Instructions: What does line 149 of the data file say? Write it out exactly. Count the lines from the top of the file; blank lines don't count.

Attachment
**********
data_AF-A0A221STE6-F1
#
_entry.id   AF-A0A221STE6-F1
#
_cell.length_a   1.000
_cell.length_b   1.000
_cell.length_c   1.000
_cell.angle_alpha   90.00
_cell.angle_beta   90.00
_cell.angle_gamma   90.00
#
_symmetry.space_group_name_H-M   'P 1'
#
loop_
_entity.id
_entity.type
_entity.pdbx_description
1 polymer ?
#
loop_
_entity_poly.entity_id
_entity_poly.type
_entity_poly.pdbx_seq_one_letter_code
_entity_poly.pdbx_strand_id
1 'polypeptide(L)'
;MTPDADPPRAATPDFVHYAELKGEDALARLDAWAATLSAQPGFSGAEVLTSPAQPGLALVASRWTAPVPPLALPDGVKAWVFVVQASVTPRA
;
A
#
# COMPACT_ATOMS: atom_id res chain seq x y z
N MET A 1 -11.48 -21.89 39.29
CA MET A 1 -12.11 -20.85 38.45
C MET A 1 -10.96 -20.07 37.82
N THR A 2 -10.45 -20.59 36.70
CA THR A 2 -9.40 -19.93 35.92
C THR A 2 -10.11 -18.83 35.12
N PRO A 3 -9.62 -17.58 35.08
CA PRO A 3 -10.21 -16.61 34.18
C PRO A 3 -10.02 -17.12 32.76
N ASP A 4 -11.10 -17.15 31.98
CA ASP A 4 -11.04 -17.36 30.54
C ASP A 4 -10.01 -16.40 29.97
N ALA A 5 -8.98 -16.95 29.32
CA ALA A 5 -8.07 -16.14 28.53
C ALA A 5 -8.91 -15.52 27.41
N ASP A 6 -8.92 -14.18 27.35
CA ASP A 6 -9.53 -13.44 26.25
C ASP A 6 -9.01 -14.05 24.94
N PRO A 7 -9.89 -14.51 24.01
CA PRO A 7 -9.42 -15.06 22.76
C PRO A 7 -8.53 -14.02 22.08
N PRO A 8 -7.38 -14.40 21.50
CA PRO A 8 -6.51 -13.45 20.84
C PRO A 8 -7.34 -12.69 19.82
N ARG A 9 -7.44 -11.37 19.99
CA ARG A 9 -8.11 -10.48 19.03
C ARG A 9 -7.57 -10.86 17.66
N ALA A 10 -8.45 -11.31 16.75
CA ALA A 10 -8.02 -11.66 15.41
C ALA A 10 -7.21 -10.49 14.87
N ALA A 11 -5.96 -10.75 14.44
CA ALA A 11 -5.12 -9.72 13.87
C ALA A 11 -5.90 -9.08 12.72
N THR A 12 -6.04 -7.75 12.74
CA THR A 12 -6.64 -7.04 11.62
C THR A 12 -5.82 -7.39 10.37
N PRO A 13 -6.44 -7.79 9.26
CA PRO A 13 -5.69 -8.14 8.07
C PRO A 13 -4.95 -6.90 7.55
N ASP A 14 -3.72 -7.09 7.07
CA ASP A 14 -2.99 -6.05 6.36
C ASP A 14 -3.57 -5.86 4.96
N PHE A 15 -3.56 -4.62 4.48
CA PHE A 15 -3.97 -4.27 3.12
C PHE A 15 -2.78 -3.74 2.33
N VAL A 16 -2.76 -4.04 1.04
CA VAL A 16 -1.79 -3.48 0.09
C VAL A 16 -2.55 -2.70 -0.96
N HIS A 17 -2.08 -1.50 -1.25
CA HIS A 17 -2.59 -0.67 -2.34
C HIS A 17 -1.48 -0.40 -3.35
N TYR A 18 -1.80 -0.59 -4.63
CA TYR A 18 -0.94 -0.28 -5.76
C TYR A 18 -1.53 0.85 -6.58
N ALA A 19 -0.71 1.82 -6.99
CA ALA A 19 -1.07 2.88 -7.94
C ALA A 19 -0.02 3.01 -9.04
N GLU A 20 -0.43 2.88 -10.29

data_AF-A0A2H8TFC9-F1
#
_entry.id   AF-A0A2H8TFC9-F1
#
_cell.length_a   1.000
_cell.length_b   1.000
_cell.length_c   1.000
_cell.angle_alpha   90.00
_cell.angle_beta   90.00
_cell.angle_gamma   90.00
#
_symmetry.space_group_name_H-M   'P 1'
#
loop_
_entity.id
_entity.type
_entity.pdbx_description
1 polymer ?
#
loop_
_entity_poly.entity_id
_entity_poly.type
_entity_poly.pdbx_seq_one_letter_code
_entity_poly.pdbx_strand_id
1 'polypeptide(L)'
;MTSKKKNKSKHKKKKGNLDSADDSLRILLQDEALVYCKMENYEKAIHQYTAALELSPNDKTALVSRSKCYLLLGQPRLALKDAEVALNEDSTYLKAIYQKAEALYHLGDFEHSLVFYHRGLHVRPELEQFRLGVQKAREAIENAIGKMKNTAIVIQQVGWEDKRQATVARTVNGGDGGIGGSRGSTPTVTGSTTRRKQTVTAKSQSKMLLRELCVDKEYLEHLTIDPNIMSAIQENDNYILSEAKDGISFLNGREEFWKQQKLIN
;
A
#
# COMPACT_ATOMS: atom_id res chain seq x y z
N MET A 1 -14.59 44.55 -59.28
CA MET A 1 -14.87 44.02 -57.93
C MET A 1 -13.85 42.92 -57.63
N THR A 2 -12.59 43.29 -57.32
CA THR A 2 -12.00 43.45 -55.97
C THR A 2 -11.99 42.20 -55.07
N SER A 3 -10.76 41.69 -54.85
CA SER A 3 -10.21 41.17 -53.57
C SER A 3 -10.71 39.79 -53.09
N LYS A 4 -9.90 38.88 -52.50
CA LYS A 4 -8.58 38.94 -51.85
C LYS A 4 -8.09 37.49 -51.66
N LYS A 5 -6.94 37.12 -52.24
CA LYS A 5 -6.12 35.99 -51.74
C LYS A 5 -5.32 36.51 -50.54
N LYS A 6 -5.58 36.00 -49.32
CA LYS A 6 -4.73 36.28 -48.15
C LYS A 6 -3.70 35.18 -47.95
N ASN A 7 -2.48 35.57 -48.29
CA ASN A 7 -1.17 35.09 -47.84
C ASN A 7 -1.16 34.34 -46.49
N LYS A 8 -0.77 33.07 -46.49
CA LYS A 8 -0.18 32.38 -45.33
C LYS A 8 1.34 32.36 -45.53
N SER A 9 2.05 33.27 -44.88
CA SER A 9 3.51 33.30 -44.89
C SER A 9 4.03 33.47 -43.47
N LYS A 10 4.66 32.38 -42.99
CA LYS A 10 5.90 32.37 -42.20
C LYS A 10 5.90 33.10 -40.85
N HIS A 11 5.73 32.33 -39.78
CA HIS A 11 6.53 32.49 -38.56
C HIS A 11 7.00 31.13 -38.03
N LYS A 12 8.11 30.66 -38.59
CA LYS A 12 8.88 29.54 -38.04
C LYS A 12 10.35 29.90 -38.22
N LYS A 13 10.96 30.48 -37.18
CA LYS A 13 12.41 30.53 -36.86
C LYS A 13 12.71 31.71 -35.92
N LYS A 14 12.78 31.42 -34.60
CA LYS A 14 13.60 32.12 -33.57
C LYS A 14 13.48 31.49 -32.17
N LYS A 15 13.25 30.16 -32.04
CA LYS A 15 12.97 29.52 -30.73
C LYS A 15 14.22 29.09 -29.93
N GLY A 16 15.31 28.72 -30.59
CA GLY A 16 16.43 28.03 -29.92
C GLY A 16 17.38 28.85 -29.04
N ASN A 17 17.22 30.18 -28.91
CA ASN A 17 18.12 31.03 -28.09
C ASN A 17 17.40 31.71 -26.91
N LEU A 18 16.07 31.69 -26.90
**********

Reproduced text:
N HIS A 11 5.73 32.33 -39.78